“They eat without pleasure, cry without pain, grow without knowing it; they desire nothing, fear nothing, know nothing.” Though repugnant in hindsight, these vivid words of 17th century rationalist philosopher Nicolas Malebranche sum up the rationalist view of animals.
Reading Animals in Australia, you get a strong sense of Malcolm Caulfield’s frustration with the widespread cognitive dissonance with which we regard, and treat, animals. In focusing on Australia’s recent developments, he offers profound insight into the political background of animal welfare, contextualising it against the global background with the expertise of a lawyer deeply entrenched in the activist landscape.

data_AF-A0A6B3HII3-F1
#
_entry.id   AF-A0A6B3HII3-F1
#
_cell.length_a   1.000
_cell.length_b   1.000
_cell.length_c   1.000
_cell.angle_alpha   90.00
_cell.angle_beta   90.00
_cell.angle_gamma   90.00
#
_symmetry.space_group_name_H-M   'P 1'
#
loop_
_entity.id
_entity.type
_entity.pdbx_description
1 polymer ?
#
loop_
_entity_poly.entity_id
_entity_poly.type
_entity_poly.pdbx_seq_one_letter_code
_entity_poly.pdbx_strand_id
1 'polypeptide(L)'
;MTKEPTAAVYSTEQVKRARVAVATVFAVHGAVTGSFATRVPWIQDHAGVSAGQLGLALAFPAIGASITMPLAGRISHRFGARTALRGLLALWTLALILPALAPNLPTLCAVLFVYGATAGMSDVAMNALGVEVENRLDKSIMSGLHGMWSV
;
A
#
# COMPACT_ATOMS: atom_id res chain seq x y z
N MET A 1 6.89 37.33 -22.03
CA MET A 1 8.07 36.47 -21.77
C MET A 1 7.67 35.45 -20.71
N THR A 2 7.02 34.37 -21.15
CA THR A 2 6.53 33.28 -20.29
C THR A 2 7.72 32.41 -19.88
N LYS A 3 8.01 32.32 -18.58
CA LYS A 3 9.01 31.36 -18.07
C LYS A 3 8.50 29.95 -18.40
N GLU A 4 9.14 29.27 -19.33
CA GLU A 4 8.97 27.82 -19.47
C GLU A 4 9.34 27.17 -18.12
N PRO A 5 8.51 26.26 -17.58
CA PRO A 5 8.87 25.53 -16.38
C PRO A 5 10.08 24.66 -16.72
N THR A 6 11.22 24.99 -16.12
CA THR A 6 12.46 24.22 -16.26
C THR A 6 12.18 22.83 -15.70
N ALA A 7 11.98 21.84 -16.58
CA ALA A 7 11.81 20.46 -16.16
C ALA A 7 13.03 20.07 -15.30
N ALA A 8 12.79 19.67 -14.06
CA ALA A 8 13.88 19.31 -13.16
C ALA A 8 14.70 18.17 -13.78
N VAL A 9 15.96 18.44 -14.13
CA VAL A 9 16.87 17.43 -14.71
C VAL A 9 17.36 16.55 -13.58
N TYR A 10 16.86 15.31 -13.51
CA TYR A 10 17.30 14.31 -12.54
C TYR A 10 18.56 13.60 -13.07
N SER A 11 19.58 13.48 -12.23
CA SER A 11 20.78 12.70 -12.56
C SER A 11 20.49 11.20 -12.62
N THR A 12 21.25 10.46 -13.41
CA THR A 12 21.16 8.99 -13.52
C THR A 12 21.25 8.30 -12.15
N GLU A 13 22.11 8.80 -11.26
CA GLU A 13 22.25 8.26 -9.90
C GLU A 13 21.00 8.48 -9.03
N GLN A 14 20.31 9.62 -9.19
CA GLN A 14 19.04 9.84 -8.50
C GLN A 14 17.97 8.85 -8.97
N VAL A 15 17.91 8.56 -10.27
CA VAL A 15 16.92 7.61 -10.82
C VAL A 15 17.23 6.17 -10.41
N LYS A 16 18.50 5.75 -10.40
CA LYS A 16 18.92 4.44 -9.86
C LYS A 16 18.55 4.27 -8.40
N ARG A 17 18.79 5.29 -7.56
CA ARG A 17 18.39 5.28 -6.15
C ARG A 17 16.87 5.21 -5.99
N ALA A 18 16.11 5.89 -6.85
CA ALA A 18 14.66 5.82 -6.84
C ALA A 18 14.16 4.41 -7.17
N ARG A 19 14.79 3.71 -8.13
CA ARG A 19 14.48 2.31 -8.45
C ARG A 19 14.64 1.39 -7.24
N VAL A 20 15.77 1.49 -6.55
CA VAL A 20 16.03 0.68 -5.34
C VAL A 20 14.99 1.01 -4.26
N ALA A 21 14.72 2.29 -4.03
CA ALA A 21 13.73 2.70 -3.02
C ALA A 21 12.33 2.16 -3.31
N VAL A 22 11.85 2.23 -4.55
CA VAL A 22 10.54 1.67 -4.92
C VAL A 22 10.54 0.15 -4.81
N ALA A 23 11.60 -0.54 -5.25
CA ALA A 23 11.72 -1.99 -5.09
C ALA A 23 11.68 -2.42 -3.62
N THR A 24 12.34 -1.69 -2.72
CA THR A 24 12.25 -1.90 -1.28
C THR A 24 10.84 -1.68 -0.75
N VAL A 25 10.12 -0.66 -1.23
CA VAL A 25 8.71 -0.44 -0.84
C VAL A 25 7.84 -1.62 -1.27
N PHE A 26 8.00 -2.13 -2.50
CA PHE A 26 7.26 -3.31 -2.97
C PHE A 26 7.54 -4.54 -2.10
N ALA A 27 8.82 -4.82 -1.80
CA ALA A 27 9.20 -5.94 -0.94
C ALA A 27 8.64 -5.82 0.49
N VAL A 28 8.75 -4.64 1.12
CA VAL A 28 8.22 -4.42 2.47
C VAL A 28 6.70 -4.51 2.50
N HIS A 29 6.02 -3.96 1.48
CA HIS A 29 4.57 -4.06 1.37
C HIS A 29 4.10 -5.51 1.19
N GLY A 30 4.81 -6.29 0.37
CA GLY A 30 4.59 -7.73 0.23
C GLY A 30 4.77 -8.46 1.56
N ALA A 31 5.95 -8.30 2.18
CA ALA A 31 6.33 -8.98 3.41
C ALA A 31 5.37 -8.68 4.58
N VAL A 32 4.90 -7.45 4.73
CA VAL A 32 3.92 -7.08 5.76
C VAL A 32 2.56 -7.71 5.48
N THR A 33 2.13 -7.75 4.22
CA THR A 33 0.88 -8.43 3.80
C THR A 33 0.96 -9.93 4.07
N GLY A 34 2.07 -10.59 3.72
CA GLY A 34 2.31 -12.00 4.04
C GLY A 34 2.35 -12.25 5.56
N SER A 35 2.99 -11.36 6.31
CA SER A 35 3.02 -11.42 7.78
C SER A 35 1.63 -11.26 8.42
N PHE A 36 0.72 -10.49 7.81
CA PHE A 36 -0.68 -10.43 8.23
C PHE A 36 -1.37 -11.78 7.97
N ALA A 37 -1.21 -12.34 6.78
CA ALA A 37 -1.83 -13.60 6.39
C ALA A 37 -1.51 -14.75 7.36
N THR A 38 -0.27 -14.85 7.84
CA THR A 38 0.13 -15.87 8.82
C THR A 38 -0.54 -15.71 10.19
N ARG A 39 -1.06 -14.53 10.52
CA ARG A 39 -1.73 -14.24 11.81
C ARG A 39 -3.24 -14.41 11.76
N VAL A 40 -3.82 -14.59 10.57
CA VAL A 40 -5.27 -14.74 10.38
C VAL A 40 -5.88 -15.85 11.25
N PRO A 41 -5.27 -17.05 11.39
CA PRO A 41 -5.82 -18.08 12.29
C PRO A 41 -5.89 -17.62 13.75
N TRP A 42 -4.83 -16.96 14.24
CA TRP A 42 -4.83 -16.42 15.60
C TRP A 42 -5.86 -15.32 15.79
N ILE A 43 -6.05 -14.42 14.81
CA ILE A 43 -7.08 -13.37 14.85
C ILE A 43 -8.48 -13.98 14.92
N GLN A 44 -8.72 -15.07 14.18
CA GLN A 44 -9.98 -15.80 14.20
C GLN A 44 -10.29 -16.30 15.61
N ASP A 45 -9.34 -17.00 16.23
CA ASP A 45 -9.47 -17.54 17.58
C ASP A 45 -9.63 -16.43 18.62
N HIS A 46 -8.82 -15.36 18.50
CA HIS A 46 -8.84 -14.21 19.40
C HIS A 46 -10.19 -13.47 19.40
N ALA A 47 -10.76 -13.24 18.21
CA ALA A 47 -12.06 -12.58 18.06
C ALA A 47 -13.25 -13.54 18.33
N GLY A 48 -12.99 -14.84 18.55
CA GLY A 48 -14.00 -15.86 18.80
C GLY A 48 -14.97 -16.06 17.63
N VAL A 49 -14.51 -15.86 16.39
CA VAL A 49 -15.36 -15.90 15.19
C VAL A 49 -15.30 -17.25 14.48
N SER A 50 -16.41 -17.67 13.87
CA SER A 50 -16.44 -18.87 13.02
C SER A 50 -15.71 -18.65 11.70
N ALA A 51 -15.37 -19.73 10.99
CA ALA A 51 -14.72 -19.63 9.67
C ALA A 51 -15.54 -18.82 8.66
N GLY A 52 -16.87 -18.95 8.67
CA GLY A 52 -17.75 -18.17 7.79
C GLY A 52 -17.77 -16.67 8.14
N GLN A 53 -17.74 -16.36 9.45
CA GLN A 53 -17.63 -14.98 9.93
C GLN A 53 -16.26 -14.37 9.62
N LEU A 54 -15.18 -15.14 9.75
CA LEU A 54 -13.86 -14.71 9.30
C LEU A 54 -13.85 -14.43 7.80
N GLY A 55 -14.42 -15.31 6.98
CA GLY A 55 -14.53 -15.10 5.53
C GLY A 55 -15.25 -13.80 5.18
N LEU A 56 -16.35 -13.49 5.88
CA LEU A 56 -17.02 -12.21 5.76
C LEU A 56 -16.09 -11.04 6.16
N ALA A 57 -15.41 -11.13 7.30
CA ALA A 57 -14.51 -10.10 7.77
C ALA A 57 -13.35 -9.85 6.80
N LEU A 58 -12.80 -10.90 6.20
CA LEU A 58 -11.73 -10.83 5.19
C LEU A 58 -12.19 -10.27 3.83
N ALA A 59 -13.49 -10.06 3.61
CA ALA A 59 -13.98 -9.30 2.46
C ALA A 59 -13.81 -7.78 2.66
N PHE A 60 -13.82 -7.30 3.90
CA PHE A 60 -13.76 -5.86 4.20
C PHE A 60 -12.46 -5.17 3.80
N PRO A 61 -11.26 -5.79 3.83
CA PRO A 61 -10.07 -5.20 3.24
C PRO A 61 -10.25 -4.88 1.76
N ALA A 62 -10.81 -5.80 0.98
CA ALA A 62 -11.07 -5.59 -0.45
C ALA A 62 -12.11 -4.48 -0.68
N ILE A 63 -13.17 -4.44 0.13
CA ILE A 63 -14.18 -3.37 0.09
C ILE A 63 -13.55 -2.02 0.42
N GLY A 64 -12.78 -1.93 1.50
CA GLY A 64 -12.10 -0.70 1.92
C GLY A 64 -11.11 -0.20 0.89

But, it’s undeniably hard going at times. Australia lags behind the rest of the world, without much prospect for improvement. While scandals like the live export trade or cruelty in greyhound racing induce a wave of revulsion and outcry for change, the issues are swiftly swept under the rug and off the news agenda. That leaves regulation, law and even animal science in the hands of the only body that is truly invested – the Australian farming lobby, who have the ear of the Nationals, influence the Liberals and intimidate Labor.
Caulfield’s call to action is simply for us to ask more of our politicians. By outlining the pragmatic reasons behind moving towards a balanced welfarist argument – as distinct from the hard-line animal rights position – his book holds appeal for anyone interested in or curious about the situation for animals in Australia.
Malcolm Caulfield is the Principal Solicitor at The Animal Law Institute and an Honorary Research Associate at UTS.